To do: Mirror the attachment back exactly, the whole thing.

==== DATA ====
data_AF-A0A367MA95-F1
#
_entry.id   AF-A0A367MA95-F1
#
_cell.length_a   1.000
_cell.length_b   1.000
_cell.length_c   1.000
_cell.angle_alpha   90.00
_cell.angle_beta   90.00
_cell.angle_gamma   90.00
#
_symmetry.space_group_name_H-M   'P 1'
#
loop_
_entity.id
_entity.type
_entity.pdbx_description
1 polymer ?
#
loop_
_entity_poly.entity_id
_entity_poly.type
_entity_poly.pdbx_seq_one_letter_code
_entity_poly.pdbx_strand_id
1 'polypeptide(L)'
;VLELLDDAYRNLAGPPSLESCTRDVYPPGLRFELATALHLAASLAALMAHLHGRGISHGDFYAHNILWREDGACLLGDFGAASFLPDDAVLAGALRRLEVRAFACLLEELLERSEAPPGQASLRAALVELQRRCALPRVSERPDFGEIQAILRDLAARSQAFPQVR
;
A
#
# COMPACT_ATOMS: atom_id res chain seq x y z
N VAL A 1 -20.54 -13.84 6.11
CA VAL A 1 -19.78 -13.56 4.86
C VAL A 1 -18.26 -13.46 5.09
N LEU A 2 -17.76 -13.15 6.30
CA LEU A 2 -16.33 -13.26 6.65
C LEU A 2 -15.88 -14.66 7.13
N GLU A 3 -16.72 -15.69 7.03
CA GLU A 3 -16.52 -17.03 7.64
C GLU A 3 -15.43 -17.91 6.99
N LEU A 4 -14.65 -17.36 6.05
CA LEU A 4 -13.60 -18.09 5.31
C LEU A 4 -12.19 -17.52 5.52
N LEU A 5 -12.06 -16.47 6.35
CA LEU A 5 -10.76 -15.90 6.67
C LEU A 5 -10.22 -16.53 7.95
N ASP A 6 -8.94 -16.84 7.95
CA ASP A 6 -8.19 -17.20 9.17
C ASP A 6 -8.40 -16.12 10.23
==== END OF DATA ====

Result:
data_AF-A0A367MA95-F1
#
_entry.id   AF-A0A367MA95-F1
#
_cell.length_a   1.000
_cell.length_b   1.000
_cell.length_c   1.000
_cell.angle_alpha   90.00
_cell.angle_beta   90.00
_cell.angle_gamma   90.00
#
_symmetry.space_group_name_H-M   'P 1'
#
loop_
_entity.id
_entity.type
_entity.pdbx_description
1 polymer ?
#
loop_
_entity_poly.entity_id
_entity_poly.type
_entity_poly.pdbx_seq_one_letter_code
_entity_poly.pdbx_strand_id
1 'polypeptide(L)'
;VLELLDDAYRNLAGPPSLESCTRDVYPPGLRFELATALHLAASLAALMAHLHGRGISHGDFYAHNILWREDGACLLGDFGAASFLPDDAVLAGALRRLEVRAFACLLEELLERSEAPPGQASLRAALVELQRRCALPRVSERPDFGEIQAILRDLAARSQAFPQVR
;
A
#
# COMPACT_ATOMS: atom_id res chain seq x y z
N VAL A 1 -20.54 -13.84 6.11
CA VAL A 1 -19.78 -13.56 4.86
C VAL A 1 -18.26 -13.46 5.09
N LEU A 2 -17.76 -13.15 6.30
CA LEU A 2 -16.33 -13.26 6.65
C LEU A 2 -15.88 -14.66 7.13
N GLU A 3 -16.72 -15.69 7.03
CA GLU A 3 -16.52 -17.03 7.64
C GLU A 3 -15.43 -17.91 6.99
N LEU A 4 -14.65 -17.36 6.05
CA LEU A 4 -13.60 -18.09 5.31
C LEU A 4 -12.19 -17.52 5.52
N LEU A 5 -12.06 -16.47 6.35
CA LEU A 5 -10.76 -15.90 6.67
C LEU A 5 -10.22 -16.53 7.95
N ASP A 6 -8.94 -16.84 7.95
CA ASP A 6 -8.19 -17.20 9.17
C ASP A 6 -8.40 -16.12 10.23